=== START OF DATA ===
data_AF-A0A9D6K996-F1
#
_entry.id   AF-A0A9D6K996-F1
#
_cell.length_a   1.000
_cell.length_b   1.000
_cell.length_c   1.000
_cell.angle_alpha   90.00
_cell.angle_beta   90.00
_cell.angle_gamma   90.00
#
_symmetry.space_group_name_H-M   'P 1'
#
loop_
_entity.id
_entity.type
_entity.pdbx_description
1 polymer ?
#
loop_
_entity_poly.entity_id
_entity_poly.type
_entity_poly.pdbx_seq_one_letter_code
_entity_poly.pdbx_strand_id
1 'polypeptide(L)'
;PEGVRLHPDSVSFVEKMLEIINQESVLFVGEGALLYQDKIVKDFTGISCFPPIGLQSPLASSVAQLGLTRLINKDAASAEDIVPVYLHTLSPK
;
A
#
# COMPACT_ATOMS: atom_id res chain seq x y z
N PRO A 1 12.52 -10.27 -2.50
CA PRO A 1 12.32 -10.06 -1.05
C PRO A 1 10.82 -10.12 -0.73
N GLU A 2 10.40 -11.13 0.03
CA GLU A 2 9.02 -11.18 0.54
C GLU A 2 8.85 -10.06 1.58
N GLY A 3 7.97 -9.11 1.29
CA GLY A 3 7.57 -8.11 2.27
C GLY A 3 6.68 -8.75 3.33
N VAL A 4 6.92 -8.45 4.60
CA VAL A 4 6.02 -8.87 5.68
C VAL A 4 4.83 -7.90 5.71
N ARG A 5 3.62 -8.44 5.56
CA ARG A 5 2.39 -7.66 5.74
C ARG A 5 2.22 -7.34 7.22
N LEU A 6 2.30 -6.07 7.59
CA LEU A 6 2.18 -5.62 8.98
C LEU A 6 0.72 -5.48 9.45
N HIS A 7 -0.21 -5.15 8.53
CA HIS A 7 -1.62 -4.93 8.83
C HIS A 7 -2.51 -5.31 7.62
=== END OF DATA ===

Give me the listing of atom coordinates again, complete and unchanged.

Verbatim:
data_AF-A0A9D6K996-F1
#
_entry.id   AF-A0A9D6K996-F1
#
_cell.length_a   1.000
_cell.length_b   1.000
_cell.length_c   1.000
_cell.angle_alpha   90.00
_cell.angle_beta   90.00
_cell.angle_gamma   90.00
#
_symmetry.space_group_name_H-M   'P 1'
#
loop_
_entity.id
_entity.type
_entity.pdbx_description
1 polymer ?
#
loop_
_entity_poly.entity_id
_entity_poly.type
_entity_poly.pdbx_seq_one_letter_code
_entity_poly.pdbx_strand_id
1 'polypeptide(L)'
;PEGVRLHPDSVSFVEKMLEIINQESVLFVGEGALLYQDKIVKDFTGISCFPPIGLQSPLASSVAQLGLTRLINKDAASAEDIVPVYLHTLSPK
;
A
#
# COMPACT_ATOMS: atom_id res chain seq x y z
N PRO A 1 12.52 -10.27 -2.50
CA PRO A 1 12.32 -10.06 -1.05
C PRO A 1 10.82 -10.12 -0.73
N GLU A 2 10.40 -11.13 0.03
CA GLU A 2 9.02 -11.18 0.54
C GLU A 2 8.85 -10.06 1.58
N GLY A 3 7.97 -9.11 1.29
CA GLY A 3 7.57 -8.11 2.27
C GLY A 3 6.68 -8.75 3.33
N VAL A 4 6.92 -8.45 4.60
CA VAL A 4 6.02 -8.87 5.68
C VAL A 4 4.83 -7.90 5.71
N ARG A 5 3.62 -8.44 5.56
CA ARG A 5 2.39 -7.66 5.74
C ARG A 5 2.22 -7.34 7.22
N LEU A 6 2.30 -6.07 7.59
CA LEU A 6 2.18 -5.62 8.98
C LEU A 6 0.72 -5.48 9.45
N HIS A 7 -0.21 -5.15 8.53
CA HIS A 7 -1.62 -4.93 8.83
C HIS A 7 -2.51 -5.31 7.62